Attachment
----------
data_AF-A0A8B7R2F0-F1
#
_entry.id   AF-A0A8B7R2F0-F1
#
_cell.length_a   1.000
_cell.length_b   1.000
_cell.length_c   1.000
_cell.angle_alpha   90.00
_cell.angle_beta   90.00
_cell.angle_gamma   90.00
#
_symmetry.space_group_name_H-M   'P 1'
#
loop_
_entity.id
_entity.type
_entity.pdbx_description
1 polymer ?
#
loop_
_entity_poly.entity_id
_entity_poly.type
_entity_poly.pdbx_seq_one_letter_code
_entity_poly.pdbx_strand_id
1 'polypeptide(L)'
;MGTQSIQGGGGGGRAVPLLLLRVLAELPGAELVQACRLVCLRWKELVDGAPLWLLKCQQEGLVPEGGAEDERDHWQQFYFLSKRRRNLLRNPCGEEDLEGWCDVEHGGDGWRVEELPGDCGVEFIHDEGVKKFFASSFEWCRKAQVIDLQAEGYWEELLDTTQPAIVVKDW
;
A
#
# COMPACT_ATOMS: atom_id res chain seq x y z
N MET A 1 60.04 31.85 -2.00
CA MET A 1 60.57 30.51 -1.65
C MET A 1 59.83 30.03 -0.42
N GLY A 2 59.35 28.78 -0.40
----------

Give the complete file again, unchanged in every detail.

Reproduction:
data_AF-A0A8B7R2F0-F1
#
_entry.id   AF-A0A8B7R2F0-F1
#
_cell.length_a   1.000
_cell.length_b   1.000
_cell.length_c   1.000
_cell.angle_alpha   90.00
_cell.angle_beta   90.00
_cell.angle_gamma   90.00
#
_symmetry.space_group_name_H-M   'P 1'
#
loop_
_entity.id
_entity.type
_entity.pdbx_description
1 polymer ?
#
loop_
_entity_poly.entity_id
_entity_poly.type
_entity_poly.pdbx_seq_one_letter_code
_entity_poly.pdbx_strand_id
1 'polypeptide(L)'
;MGTQSIQGGGGGGRAVPLLLLRVLAELPGAELVQACRLVCLRWKELVDGAPLWLLKCQQEGLVPEGGAEDERDHWQQFYFLSKRRRNLLRNPCGEEDLEGWCDVEHGGDGWRVEELPGDCGVEFIHDEGVKKFFASSFEWCRKAQVIDLQAEGYWEELLDTTQPAIVVKDW
;
A
#
# COMPACT_ATOMS: atom_id res chain seq x y z
N MET A 1 60.04 31.85 -2.00
CA MET A 1 60.57 30.51 -1.65
C MET A 1 59.83 30.03 -0.42
N GLY A 2 59.35 28.78 -0.40